Mexico Would Benefit from a Wall Too

One of the many sideshows overshadowing serious national and international issues is over who will pay for the big beautiful wall along the southern border that President Trump has promised to build. The president says Mexico will. The Mexicans say they won’t.

Lost in the barrage of schoolyard taunts are several important matters. First, not only would the United States benefit from secure barriers along the border, but so too would many Mexicans. Second, taxing, or imposing fees on, remittances sent out of the country (not just to Mexico) is not an unreasonable proposition.

The lawless border between the two countries is not just a problem for the United States. Communities in Mexico are plagued by criminal cartels that engage in cross-border activities like smuggling of drugs and human beings. Interdicting rampant criminal activity along the border would loosen the grip of these violent syndicates on communities in northern Mexico, ending their reign of terror, and enabling honest and productive businesses to flourish.

From the standpoint of the United States, collecting fees on money transfers out of the country would not be entirely punitive. Remittances represent a very significant but often overlooked cost of mass immigration. According to the World Bank, $133.5 billion flowed out of the U.S. in 2015. In 2016, remittances to Mexico (mostly from the U.S.) hit an all-time high of $27 billion – exceeding that country’s revenues from oil exports.

This massive outflow of money harms local economies in the U.S. The $133.5 billion that was earned here and shipped elsewhere is money that is not recirculated through local economies, stimulating local economic growth and generating revenues for local governments. Moreover, many of those working here illegally are being paid under the table, so the money is not taxed when it is earned. It is not unreasonable, therefore, for the United States to consider recouping some of the cost of the fence by collecting fees or taxes on funds being transferred abroad.

Most importantly, regardless of who pays for the fence, both the United States and Mexico would benefit greatly from a secure shared border that is open to legitimate commerce and travel, but secured against illegal immigration and criminal activity.

About Author


Dan is the Federation for American Immigration Reform (FAIR)'s President after joining the organization in 1982. He has testified more than 50 times before Congress, and been cited in the media as "America's best-known immigration reformer." Dan has appeared on virtually every significant TV and radio news/talk program in America and, in addition to being a contributing editor to, has contributed commentaries to a vast number of print media outlets.


  1. avatar

    Mexican Media is PURE Racist

    Touting the end to the white man as they claim America belongs to Mexico…how OFFENSIVE.

    Remember the Alamo. We won that conflict in the end to claim Texas independent from Mexico….also, go back even further in history when Spain invaded Mexico, where inter-breeding with the Europeans and the Mayans/Aztecs [also MASS killings too] created the Latinos. They stole Mexico from the Native Indians. History is not on the Latino side on their Racist allegations.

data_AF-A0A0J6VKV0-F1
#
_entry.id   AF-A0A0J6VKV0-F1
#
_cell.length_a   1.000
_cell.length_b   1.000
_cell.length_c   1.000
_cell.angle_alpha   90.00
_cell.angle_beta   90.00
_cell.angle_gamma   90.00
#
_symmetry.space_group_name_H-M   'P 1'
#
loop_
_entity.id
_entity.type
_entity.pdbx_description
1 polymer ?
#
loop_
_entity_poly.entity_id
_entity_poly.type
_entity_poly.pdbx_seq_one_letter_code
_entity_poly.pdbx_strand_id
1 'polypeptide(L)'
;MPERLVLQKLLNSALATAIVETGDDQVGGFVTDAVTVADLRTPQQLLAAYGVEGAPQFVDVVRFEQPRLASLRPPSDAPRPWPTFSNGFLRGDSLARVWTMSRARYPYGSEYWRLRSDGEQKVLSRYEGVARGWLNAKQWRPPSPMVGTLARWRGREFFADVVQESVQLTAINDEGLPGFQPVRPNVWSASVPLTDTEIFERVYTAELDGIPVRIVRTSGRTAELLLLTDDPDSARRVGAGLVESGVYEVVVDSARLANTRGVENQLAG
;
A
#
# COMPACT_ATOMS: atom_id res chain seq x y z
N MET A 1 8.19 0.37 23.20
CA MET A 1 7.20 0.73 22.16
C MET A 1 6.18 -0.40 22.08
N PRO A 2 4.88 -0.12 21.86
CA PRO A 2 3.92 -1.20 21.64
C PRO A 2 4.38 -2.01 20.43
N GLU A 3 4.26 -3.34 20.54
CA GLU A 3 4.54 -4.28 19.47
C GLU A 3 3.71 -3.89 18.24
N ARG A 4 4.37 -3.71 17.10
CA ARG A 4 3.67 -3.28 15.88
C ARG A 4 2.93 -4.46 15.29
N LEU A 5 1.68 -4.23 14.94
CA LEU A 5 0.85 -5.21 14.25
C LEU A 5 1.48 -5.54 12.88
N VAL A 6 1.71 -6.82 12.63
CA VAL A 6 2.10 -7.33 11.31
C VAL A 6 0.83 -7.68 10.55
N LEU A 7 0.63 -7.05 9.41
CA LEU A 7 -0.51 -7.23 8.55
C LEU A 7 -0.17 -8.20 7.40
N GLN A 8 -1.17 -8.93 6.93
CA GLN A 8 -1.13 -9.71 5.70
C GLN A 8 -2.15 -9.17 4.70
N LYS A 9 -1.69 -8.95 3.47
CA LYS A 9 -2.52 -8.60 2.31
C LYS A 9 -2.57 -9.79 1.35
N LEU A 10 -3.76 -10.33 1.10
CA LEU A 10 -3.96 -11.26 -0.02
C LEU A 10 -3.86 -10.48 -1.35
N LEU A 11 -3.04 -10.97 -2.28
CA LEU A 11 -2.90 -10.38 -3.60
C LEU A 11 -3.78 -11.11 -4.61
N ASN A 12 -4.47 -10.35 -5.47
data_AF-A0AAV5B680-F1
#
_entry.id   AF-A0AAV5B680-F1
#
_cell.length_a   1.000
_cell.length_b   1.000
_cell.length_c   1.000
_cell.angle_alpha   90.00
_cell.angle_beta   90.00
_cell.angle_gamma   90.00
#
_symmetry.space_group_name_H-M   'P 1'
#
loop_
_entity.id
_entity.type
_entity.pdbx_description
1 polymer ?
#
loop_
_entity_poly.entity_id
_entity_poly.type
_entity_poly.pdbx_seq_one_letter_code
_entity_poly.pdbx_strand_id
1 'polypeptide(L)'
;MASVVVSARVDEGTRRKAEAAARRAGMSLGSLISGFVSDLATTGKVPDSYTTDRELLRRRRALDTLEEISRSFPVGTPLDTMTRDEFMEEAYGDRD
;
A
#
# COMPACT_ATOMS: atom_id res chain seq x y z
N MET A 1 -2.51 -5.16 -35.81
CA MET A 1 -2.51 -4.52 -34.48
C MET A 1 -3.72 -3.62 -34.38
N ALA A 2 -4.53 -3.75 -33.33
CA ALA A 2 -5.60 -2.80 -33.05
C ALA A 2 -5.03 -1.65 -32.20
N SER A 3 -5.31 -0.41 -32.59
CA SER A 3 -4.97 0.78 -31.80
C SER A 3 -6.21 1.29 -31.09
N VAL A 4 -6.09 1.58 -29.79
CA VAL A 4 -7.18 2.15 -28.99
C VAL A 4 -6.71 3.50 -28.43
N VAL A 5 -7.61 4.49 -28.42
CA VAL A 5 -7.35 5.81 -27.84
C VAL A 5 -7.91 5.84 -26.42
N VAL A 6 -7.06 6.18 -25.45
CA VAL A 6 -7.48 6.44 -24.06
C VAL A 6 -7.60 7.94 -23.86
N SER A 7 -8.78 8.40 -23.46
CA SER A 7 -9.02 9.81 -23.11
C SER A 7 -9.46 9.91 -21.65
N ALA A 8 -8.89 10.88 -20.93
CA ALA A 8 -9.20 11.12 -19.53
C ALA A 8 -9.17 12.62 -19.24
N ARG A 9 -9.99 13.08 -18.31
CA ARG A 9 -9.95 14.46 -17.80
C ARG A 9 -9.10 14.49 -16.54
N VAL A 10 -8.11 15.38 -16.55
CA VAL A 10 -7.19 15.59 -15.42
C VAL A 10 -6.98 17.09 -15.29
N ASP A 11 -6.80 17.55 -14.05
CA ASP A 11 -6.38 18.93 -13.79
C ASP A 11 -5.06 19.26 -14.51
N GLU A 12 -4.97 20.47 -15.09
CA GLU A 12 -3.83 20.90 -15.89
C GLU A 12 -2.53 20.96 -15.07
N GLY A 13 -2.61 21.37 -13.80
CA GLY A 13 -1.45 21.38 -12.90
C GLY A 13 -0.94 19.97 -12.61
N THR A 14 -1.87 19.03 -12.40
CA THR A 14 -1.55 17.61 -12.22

2. avatar

    The answer will never be the wall and that is a fact. The only answer is that Mexico becomes a 2nd to a 1st World country

    • avatar

      Well let me see …. besides you live in the wrong country .. I can name many examples of who/what you consider “dark” that are more advanced n accomplished than your ancestors n descendants will ever be. .. do you want to be educated?

  3. avatar

    Notice how our media runs to Mexican politicians to breathlessly report on their condemnation of our efforts to enforce our laws. You see almost zilch in our press about the reports on Mexico produced by Amnesty International. These quotes are from the 2016/17 summary:

    “There continued to be reports of torture and other ill-treatment, enforced disappearances, extra judicial executions, and arbitrary detentions. Impunity persisted for human rights violations and crimes under international law. Journalists continued to be killed and threatened for their work. Violence against women remained a major concern.”

    There is nothing new about these reports, as they have been reporting the same thing for decades. A few years ago they said the Mexican government turned a “blind eye” to criminal violence against citizens or in some cases worked with the gangs. When Trump made his remarks about rapists from Mexico he was referring to reports, including those made by Amnesty, that the majority of women brought here by coyotes were sexually assaulted along the way.

    Local politicians brave enough to fight the drug cartels are lucky to live a week. Not to mention their number one cartel leader “escaped” twice. But the media and the left like to make us the bad guys.

      • avatar

        Trolls are people who post under different names. That would be you. What was incorrect, specifically, with what I said. American media quotes Vicente Fox all the time and all his baseless charges about how Mexicans are mistreated in this country. They have more rights here than in Mexico.

        • avatar

          Again, travel and become more culturally educated … wrong … there are all types of illegals…….I have seen illegals being used and abused here in restaurants and landscaping jobs…… you are really a troll … they have no rights here…..only when in front of the law otherwise they are worse than 10th citizens….

          • avatar

            I posted a series of quotes from Amnesty International on Mexico. “Impunity PERSISTED for human rights violations..” Check your dictionary for the definition of those big words that fail to register for you.